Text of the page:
Lyme disease is the most common vector borne disease in the United States. The CDC estimates that over 300,000 people are infected each year, and Pennsylvania leads the nation in the number of cases reported.
Our dogs are also at risk for Lyme disease. Caused by the bacterium Borrelia burgdorferi, it is transmitted through the bite of an infected tick. If left untreated, Lyme disease can cause heart complications, joint disease, and permanent nervous system damage.
Before you go out in the woods this summer, take a moment to brush up on the basics of Lyme disease in pets and how to prevent it.
Lyme Disease in Pets
In the Northeast, over 90 percent of dogs may test positive for Lyme disease, but only 5 to 10 percent of these will show signs of illness. This is one reason that Lyme disease diagnosis and treatment can be controversial and confusing.
Signs of Lyme disease in pets are shifting weight lameness, fever, lethargy or exercise intolerance, and enlarged lymph nodes. If your dog exhibits any of these signs, have him evaluated by a veterinarian immediately.
Diagnosis can be tricky, since many ticks transmit multiple bacteria. The signs of Lyme disease are similar to those of other diseases as well, so your veterinarian may recommend several blood tests to arrive at a diagnosis.
If your dog has been vaccinated for Lyme disease and tests positive, your veterinarian may need to run another blood test that can differentiate between antibodies in the blood that are generated by the vaccine and those formed by an active Lyme infection.
Veterinarians consider your dog’s lifestyle – especially a history of tick exposure – a positive test, and clinical signs when arriving at a diagnosis of Lyme disease.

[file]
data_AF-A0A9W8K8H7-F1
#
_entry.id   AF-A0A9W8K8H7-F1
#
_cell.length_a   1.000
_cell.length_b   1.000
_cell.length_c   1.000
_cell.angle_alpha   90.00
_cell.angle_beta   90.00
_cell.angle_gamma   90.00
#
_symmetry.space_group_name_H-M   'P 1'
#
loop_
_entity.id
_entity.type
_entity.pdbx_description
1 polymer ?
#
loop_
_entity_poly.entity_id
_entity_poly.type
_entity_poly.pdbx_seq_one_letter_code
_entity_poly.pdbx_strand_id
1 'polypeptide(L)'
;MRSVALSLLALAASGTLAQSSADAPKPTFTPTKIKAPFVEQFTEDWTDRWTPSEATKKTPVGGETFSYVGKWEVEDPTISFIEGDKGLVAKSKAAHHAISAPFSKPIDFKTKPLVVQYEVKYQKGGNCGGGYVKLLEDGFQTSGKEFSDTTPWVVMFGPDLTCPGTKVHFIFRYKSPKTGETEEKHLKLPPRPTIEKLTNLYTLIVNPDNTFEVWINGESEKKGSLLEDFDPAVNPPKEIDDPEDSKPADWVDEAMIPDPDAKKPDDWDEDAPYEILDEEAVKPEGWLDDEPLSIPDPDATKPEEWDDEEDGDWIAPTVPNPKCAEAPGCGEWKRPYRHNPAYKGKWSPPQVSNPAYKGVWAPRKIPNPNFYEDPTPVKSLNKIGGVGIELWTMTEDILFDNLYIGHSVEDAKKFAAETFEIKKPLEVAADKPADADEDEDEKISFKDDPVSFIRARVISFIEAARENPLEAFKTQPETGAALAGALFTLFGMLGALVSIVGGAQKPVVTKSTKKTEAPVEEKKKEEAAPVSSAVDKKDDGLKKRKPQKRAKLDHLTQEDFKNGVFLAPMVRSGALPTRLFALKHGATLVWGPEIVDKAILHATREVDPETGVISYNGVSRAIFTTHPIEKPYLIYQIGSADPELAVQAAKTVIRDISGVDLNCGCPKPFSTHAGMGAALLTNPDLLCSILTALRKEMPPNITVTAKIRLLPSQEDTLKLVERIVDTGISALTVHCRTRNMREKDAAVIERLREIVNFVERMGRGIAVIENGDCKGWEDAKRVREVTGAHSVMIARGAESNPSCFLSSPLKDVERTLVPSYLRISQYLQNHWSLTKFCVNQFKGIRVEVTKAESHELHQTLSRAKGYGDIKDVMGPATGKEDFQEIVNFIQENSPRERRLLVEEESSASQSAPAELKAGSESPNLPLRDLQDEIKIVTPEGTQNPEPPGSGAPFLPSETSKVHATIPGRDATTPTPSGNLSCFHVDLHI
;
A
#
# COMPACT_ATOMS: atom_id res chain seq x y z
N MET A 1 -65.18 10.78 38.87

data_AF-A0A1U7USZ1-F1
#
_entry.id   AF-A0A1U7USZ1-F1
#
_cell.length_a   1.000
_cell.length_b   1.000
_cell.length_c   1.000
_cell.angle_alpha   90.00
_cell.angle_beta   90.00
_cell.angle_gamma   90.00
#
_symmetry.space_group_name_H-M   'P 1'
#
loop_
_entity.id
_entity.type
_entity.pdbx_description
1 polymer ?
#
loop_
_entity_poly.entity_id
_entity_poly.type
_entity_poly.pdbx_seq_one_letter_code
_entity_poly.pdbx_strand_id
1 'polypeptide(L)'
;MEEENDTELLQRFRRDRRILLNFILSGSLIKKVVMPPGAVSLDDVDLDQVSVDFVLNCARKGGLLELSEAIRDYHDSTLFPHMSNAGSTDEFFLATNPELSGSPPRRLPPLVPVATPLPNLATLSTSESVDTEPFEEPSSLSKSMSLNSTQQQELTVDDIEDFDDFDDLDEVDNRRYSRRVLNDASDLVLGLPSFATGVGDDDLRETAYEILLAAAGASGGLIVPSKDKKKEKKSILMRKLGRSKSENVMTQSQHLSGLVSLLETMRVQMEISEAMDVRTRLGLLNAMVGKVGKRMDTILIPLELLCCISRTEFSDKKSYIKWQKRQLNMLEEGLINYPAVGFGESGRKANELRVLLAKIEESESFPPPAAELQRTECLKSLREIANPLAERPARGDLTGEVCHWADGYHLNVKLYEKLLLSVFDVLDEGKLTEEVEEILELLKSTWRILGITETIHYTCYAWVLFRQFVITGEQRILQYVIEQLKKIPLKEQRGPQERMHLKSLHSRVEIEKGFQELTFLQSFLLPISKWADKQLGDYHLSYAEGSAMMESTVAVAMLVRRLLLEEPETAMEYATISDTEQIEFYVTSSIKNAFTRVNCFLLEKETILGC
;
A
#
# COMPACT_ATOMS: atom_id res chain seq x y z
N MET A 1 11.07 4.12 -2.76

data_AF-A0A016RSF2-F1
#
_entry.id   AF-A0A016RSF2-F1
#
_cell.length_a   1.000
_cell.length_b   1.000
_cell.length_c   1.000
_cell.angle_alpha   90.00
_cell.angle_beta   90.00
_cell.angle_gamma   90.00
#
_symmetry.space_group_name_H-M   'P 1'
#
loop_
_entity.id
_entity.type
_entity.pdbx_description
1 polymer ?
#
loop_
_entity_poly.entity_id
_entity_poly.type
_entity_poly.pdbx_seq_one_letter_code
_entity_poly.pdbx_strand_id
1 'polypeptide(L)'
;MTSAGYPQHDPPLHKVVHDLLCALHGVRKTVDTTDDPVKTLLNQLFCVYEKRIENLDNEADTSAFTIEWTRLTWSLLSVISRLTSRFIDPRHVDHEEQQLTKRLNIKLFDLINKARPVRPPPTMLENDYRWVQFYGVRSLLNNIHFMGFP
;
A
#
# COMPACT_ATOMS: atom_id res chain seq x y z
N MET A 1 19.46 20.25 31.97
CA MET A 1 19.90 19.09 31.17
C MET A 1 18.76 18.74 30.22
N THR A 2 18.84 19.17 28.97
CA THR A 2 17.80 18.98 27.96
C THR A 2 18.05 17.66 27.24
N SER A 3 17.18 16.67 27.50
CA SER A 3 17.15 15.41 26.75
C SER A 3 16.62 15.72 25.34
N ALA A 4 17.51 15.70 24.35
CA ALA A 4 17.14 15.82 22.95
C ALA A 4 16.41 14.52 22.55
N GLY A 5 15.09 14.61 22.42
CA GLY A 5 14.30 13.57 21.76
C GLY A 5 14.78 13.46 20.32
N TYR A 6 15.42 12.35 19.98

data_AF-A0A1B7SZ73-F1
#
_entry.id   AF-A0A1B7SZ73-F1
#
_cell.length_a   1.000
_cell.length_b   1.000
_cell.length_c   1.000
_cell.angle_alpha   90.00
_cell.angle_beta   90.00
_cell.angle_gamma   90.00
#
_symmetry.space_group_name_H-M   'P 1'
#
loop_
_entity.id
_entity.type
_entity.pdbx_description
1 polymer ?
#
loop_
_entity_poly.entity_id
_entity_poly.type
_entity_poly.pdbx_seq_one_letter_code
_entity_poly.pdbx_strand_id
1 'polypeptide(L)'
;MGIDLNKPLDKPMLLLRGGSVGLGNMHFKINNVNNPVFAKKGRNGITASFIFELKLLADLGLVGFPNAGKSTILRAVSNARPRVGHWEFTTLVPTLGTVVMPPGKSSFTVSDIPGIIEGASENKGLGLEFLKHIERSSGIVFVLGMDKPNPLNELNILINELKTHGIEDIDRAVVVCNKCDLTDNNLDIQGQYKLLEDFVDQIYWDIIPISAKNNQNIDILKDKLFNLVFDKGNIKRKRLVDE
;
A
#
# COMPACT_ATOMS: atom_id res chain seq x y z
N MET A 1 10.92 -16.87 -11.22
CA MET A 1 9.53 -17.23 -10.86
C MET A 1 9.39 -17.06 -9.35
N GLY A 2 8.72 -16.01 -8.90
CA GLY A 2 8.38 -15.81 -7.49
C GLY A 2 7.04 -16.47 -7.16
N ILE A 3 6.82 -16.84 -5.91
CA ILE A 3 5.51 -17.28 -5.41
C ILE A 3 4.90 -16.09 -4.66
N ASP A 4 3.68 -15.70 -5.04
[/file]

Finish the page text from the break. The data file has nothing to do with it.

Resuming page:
If your dog shows signs of Lyme disease, he’ll be treated with a course of antibiotics for 30 days or longer. Although dogs may start to feel better within 48 hours of starting the medication, it’s important to finish the entire course. Other medications may also be indicated for pain and/or kidney disease that sometimes accompanies Lyme disease in pets.
If your dog tests positive for Lyme disease but is not sick, your veterinarian may recommend not treating him. Concerns with over treatment include expense, side effects, and antibiotic resistance. It is generally recommended that your dog be seen for a recheck of antibody levels within 3 to 6 months of the positive test result. Of course, if your dog becomes sick, he should be seen sooner.
A Chronic Disease
Unfortunately, treatment is not always 100 percent effective. Sometimes low levels of bacteria can hide from the immune system, and this may cause a recurrence of symptoms in the future. It’s a good idea to have your dog retested periodically, and to observe her carefully for recurring signs.
Prevention is the Best Medicine
The CDC reports that tick borne diseases are on the rise in the United States. Veterinary medicine offers some options that human medicine does not, when it comes to preventing Lyme disease. A year round schedule of a monthly tick prevention medication can be very effective at keeping ticks and the diseases they carry at bay. Talk to us about whether or not the Lyme vaccine is recommended for your individual dog.
Other measures of prevention include:
- Avoid tall grasses, brush, and wooded areas where ticks like to hide.
- Clear brush and debris from your yard regularly.
- Run your clothes in the dryer immediately after coming in from tick areas.
- Check your pets (and yourself) regularly for ticks, especially after time outdoors.
- Remove ticks on your pets right away. Ticks must be attached for 36 to 48 hours in order to transmit the bacterium.
If you have any questions or concerns about Lyme disease in pets or about ticks, please give us a call at Fairview Veterinary Hospital. And, if your pet’s monthly tick prevention has lapsed, now is a great time to get them back on track. We’re here to help!